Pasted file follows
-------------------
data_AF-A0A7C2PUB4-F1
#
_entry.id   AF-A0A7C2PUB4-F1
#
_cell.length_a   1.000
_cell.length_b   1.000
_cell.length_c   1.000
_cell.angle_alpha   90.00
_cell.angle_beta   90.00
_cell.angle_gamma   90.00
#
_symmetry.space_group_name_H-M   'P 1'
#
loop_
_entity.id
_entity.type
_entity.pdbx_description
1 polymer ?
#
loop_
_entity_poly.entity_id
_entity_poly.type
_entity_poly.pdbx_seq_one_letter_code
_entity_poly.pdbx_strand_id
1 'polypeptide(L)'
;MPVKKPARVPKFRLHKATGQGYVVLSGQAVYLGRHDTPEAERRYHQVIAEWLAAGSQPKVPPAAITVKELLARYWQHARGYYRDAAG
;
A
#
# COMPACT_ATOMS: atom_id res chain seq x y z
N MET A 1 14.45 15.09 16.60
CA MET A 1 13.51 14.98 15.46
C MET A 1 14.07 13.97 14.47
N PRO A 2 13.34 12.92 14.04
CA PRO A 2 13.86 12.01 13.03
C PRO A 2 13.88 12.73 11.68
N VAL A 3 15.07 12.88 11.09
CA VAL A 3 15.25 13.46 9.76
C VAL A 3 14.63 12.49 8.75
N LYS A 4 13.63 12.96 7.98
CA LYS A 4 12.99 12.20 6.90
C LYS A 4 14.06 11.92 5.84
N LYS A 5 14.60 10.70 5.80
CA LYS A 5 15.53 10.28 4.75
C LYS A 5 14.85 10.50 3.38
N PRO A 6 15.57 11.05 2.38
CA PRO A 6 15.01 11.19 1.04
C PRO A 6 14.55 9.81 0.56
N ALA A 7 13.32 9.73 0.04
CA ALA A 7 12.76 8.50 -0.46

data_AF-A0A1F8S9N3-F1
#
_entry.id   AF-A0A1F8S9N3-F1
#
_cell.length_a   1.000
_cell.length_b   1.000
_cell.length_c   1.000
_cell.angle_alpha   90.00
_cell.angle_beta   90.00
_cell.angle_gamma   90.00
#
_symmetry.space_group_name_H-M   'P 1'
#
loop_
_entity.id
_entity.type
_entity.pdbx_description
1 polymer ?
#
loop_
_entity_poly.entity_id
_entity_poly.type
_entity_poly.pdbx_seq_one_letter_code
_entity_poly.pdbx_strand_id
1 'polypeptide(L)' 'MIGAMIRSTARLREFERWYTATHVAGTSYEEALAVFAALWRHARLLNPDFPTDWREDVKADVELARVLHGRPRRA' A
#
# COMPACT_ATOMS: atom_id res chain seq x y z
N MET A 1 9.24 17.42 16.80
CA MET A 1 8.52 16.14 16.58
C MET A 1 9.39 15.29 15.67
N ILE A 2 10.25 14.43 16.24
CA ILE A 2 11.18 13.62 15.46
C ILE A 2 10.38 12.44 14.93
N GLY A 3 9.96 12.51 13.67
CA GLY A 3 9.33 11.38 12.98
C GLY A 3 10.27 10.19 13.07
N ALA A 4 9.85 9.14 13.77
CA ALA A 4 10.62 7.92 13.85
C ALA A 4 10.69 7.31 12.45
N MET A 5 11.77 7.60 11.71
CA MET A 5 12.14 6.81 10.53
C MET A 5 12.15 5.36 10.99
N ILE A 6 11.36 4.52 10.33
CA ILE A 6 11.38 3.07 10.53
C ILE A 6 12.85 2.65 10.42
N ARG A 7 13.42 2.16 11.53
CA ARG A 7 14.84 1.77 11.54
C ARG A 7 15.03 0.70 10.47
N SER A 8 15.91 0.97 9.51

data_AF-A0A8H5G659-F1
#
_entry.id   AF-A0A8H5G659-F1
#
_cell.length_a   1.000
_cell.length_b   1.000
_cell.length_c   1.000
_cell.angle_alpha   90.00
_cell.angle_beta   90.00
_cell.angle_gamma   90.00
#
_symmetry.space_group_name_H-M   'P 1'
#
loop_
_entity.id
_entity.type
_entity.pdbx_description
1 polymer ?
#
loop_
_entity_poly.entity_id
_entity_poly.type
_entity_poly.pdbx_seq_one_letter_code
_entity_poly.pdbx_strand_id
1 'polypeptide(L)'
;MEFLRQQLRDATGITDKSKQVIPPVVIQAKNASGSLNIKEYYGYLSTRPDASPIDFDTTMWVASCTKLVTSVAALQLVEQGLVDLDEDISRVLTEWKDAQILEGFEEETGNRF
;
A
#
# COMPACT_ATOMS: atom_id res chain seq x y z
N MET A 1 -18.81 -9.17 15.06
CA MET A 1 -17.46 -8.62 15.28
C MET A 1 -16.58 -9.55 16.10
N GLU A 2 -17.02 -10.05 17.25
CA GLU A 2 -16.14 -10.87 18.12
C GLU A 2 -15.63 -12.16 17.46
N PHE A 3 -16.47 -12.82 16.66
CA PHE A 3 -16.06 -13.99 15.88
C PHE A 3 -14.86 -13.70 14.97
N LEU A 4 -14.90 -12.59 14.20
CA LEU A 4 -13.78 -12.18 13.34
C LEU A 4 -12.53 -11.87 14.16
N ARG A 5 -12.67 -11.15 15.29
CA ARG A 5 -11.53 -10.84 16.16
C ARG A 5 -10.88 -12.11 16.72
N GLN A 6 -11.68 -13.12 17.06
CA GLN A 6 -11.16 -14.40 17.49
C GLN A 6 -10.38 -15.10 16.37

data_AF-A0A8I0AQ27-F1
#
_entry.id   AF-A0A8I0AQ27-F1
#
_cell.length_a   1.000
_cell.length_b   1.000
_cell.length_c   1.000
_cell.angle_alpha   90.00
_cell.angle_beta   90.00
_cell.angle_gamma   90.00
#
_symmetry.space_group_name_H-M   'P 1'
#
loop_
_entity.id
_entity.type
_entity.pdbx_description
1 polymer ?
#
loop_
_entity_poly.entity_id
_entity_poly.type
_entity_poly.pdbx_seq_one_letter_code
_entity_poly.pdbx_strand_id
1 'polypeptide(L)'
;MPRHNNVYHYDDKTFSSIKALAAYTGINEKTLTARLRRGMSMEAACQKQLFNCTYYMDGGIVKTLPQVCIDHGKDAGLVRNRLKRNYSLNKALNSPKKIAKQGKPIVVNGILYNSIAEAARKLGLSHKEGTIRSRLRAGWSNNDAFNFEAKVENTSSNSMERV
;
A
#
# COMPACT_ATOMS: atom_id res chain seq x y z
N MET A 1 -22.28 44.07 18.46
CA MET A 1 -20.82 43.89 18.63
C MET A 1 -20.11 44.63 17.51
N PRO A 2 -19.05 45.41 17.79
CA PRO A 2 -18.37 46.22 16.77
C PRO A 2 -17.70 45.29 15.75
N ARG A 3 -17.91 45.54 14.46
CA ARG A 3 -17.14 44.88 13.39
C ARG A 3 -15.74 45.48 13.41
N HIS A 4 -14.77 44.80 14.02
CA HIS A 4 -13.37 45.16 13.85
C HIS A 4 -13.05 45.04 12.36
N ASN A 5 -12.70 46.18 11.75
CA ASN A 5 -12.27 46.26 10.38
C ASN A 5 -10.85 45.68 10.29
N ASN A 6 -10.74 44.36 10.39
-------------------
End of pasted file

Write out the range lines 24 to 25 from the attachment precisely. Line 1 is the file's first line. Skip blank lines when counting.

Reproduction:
_entity_poly.pdbx_strand_id
1 'polypeptide(L)'